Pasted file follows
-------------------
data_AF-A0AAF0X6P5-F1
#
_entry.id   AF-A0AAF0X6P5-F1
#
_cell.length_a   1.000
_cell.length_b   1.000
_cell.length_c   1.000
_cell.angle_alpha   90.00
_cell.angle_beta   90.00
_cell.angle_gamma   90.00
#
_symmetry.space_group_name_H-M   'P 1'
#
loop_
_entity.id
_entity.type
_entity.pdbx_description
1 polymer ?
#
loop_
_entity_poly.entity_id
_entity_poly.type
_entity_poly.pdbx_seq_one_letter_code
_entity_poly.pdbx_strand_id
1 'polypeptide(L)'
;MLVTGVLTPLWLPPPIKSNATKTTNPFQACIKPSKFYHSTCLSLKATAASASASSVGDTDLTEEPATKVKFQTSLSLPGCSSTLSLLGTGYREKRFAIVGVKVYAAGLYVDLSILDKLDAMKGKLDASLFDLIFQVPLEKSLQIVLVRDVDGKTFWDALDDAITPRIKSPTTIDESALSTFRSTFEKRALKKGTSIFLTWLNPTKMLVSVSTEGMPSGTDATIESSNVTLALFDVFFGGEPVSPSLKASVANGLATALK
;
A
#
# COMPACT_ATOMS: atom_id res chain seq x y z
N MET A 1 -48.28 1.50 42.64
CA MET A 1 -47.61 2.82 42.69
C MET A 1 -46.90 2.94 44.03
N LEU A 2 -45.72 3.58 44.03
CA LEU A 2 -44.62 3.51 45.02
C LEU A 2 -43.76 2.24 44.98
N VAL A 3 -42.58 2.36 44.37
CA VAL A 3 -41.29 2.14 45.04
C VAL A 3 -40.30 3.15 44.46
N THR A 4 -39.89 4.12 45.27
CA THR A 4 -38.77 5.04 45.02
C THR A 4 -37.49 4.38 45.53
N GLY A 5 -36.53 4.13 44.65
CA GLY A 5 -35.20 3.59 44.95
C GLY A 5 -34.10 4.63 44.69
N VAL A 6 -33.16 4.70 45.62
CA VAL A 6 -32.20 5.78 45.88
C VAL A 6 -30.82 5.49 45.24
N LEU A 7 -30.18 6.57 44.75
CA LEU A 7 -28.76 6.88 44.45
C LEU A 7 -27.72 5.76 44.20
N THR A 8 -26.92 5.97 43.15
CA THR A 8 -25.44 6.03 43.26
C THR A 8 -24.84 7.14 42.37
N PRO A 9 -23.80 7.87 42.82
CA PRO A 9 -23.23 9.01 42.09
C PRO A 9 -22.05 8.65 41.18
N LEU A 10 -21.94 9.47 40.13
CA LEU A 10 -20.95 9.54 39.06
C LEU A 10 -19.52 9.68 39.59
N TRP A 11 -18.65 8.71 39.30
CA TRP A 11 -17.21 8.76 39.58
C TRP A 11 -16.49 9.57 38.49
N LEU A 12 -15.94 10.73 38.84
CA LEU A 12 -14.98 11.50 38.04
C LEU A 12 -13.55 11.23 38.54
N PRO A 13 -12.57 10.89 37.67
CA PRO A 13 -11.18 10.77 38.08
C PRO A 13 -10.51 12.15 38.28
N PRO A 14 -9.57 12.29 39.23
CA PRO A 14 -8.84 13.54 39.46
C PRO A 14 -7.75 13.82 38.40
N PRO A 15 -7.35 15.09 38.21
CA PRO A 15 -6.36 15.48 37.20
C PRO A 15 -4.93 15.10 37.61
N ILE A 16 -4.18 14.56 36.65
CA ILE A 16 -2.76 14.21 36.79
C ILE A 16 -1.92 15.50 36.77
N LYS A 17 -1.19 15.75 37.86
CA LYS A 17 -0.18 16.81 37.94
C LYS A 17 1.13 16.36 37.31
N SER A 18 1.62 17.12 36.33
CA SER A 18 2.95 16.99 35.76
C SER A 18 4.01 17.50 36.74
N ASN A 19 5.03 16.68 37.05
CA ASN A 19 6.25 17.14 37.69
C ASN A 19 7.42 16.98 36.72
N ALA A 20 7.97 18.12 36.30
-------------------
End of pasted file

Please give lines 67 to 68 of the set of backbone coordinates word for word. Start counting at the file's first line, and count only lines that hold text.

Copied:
N PRO A 13 -12.57 10.89 37.67
CA PRO A 13 -11.18 10.77 38.08